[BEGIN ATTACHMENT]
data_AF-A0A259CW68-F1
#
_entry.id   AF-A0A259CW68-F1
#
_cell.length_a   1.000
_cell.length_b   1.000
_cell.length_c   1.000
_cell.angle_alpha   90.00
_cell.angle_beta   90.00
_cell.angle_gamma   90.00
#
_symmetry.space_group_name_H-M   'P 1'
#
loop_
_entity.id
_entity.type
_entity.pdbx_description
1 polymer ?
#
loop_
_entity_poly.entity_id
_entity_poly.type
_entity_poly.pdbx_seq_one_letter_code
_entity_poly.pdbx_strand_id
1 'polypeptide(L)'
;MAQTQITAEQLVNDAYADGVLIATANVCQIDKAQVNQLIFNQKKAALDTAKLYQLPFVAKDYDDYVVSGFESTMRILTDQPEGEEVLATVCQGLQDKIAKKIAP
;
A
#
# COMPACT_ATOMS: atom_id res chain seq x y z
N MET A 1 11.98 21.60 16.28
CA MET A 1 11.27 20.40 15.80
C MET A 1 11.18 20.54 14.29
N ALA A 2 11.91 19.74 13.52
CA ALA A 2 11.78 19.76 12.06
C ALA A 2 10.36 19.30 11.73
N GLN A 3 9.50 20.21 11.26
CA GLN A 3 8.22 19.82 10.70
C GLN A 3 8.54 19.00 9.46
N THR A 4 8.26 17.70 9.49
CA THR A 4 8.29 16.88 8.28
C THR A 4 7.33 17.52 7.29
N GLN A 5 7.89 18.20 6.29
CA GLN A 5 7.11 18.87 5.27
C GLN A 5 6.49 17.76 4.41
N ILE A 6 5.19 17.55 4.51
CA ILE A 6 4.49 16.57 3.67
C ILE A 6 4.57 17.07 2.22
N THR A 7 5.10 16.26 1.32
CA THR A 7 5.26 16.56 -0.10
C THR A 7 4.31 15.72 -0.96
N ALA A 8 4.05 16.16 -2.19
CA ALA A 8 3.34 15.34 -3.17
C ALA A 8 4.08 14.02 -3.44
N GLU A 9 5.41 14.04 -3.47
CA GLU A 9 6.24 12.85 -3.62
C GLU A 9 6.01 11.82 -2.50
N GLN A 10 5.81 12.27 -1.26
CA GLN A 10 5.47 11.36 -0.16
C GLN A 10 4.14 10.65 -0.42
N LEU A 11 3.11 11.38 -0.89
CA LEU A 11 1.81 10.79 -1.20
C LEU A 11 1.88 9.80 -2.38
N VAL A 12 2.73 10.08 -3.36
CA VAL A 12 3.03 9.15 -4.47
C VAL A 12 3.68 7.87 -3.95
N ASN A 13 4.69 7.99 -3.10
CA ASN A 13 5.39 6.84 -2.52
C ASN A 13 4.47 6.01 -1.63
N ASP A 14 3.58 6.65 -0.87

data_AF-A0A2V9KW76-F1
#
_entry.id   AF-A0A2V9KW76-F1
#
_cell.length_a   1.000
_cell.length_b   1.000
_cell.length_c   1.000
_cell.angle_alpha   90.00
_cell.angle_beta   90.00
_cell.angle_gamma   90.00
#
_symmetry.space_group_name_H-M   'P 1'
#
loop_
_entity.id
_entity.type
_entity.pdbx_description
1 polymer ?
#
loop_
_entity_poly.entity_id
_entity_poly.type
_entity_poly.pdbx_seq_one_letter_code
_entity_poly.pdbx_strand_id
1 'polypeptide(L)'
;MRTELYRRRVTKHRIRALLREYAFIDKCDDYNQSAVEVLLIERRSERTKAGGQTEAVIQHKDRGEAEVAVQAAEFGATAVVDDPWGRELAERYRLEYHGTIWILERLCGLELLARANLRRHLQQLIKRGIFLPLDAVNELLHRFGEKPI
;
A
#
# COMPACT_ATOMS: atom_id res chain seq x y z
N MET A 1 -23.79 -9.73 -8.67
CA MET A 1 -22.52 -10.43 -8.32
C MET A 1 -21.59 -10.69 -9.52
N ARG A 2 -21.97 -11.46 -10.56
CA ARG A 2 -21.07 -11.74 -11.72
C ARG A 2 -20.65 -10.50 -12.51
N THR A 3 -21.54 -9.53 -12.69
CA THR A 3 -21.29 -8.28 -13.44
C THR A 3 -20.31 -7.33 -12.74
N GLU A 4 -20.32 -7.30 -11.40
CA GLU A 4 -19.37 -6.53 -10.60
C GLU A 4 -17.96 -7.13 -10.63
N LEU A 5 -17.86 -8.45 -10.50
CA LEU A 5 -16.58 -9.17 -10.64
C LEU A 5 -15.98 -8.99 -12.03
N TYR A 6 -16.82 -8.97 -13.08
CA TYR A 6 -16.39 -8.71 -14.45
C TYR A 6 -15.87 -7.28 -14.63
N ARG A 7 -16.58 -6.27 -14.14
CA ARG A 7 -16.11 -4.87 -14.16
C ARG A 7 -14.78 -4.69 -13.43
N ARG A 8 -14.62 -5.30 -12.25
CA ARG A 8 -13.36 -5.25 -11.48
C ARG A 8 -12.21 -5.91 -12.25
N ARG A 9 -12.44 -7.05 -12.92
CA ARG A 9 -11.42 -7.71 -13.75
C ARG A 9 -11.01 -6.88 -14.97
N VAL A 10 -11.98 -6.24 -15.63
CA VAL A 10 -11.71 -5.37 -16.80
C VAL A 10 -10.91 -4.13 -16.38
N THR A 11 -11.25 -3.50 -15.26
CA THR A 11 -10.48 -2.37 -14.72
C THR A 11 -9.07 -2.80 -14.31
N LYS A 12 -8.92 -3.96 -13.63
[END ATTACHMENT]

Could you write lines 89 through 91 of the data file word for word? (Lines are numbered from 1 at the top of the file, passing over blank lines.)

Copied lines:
#
loop_
_entity_poly.entity_id